May 18 (Bloomberg) -- Vivendi SA and Jean-Marie Messier are being sued for 644.5 million euros ($818 million) in Paris for misleading investors between 2000 and 2002, a lawyer for the claimants said.
The suit, filed by 67 investors at the commercial tribunal in Paris on April 27, claims the company and the former CEO improperly inflated the value of its shares, Ron Soffer, a Paris-based attorney, said today.
Vivendi won a U.S. court ruling in 2011 that limited the scope of an earlier group securities-fraud verdict against the company to holders of Vivendi’s American depositary receipts. That ruling applied a U.S Supreme Court decision that said the court didn’t have jurisdiction in the action.
“Now that the reach of the U.S. class-action mechanism has been seriously limited by the Supreme Court securities litigation, courts in France and other European jurisdictions will see more of this type of action being brought,” Soffer, of law firm Cabinet Soffer, said in a phone interview.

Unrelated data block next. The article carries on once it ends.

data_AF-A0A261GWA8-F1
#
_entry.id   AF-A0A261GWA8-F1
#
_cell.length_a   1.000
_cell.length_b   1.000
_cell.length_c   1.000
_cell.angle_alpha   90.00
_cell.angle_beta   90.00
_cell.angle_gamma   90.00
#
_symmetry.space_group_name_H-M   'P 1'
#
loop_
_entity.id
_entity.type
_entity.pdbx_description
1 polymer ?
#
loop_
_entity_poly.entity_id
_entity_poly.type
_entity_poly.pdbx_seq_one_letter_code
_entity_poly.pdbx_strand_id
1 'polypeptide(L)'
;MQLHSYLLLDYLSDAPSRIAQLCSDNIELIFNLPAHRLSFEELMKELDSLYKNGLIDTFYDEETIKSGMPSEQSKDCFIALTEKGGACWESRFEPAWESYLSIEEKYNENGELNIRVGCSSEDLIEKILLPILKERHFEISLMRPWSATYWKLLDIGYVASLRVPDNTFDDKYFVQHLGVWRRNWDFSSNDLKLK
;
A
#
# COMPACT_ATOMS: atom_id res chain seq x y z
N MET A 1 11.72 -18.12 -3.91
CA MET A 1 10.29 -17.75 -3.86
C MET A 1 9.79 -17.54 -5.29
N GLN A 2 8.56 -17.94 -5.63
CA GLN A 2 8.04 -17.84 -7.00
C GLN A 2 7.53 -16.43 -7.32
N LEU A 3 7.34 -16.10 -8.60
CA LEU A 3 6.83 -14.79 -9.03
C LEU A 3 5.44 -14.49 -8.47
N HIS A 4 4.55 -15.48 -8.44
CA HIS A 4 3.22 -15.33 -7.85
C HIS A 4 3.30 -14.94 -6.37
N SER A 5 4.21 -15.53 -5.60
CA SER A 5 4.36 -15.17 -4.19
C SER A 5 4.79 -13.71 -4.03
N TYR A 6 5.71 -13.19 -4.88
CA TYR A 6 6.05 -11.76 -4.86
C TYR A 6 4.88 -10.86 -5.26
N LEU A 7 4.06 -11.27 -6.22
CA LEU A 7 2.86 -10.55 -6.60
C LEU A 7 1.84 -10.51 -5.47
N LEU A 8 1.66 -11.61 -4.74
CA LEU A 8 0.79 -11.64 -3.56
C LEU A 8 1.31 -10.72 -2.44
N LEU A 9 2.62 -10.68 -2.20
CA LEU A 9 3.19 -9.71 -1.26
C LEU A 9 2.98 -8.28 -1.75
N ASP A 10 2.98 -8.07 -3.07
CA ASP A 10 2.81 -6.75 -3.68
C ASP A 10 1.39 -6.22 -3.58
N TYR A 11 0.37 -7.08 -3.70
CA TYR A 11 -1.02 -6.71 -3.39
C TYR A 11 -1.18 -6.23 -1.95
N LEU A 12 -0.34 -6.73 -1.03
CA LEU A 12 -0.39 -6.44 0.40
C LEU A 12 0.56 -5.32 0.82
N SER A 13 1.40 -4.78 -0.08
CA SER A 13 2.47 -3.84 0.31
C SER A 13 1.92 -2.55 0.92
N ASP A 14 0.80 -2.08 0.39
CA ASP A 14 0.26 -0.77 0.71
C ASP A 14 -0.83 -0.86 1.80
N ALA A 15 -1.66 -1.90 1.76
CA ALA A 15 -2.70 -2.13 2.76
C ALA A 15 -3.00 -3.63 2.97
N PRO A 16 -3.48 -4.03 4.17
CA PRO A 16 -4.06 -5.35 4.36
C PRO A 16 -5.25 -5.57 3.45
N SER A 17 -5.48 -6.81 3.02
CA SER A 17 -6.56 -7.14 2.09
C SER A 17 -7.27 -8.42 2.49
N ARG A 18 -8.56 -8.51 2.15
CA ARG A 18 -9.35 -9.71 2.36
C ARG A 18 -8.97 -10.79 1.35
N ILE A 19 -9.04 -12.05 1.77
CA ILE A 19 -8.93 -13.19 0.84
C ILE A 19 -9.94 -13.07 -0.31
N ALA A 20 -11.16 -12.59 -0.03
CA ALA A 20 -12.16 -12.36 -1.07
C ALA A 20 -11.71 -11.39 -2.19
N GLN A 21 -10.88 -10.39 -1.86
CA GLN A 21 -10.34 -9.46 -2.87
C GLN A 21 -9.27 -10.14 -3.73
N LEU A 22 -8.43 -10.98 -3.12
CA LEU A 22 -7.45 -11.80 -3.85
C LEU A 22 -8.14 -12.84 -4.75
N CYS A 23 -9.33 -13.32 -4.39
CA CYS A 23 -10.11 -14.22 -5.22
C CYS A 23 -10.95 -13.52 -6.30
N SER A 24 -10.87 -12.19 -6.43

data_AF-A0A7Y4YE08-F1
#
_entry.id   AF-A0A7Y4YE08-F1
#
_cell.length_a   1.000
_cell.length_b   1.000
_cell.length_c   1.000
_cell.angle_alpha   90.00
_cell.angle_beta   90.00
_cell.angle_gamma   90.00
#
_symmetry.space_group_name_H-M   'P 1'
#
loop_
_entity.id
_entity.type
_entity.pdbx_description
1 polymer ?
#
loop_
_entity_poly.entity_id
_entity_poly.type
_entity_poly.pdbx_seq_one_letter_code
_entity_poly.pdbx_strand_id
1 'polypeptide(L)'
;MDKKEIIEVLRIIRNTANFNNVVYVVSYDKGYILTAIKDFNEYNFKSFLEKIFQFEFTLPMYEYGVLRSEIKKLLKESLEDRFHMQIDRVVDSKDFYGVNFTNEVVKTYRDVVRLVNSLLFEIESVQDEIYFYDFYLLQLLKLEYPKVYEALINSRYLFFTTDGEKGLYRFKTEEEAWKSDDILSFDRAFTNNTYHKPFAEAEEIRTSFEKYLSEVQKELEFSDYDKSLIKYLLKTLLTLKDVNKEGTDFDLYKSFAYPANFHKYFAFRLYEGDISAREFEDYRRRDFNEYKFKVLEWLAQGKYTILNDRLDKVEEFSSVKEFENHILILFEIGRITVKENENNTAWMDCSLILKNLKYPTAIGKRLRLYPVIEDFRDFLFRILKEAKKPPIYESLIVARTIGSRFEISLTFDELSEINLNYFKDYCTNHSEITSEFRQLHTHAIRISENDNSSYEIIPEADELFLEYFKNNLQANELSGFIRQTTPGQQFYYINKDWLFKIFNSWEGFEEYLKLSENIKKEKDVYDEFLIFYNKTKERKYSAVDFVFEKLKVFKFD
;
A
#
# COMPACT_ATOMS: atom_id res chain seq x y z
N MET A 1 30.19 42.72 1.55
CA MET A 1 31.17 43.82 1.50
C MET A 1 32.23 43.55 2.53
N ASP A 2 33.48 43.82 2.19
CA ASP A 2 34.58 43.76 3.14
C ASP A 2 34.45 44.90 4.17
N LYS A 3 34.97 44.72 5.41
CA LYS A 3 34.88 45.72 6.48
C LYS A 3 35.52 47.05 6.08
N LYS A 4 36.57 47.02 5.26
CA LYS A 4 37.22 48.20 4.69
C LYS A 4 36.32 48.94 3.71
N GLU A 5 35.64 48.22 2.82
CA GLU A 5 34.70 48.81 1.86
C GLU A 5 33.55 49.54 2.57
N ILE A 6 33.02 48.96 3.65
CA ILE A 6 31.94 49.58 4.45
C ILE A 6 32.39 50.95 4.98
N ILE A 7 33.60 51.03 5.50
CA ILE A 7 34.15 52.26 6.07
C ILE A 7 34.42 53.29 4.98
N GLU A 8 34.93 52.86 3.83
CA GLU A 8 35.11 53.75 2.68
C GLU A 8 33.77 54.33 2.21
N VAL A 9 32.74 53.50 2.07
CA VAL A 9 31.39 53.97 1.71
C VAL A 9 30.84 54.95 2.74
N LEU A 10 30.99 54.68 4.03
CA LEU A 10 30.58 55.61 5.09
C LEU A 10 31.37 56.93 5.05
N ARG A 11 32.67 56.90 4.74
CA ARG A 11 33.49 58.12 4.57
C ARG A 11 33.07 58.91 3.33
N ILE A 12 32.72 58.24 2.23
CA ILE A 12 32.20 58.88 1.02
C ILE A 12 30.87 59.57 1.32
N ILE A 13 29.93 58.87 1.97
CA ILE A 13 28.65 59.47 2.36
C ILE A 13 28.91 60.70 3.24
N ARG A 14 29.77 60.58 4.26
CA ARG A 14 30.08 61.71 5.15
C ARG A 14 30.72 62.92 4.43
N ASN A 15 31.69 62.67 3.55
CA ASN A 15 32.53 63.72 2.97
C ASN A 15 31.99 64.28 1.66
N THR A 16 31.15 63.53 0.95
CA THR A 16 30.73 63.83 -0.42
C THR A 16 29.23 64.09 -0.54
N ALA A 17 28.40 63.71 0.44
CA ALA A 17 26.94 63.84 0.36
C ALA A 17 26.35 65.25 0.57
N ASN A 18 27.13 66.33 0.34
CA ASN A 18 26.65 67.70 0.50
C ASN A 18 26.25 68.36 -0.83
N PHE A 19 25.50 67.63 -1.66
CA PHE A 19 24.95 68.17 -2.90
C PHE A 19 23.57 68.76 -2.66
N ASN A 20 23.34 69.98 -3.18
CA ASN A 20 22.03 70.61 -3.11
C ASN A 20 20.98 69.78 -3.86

A Manhattan jury in 2010 found that Vivendi misled shareholders about its financial health 57 times from 2000 to 2002. Lawyers for the investors claimed at the time that damages to the entire shareholders’ class totaled $9.3 billion.
A June hearing has been scheduled in Paris to set a deadline for Vivendi to respond to the claims, Soffer said. Solange Maulini, a spokeswoman for the Paris-based company, declined to comment.
The claim was acknowledged in the company’s first quarter earnings statement, dated May 14.
“On April 27, 2012, sixty-seven institutional foreign investors filed a complaint against Vivendi and Jean-Marie Messier before the Paris Commercial Court seeking damages for losses they allegedly incurred as a result of the financial communications made by Vivendi and its former leader, between 2000 and 2002,” the report said.
Vivendi agreed in 2003 to pay $50 million to settle U.S. Securities and Exchange Commission accusations of civil fraud, and Messier agreed to pay a $1 million fine. Messier’s bid to overturn a previous a court decision to fine him 150,000 euros for misleading investors during his tenure as chief executive is scheduled to be heard at a Paris appeals court next year.
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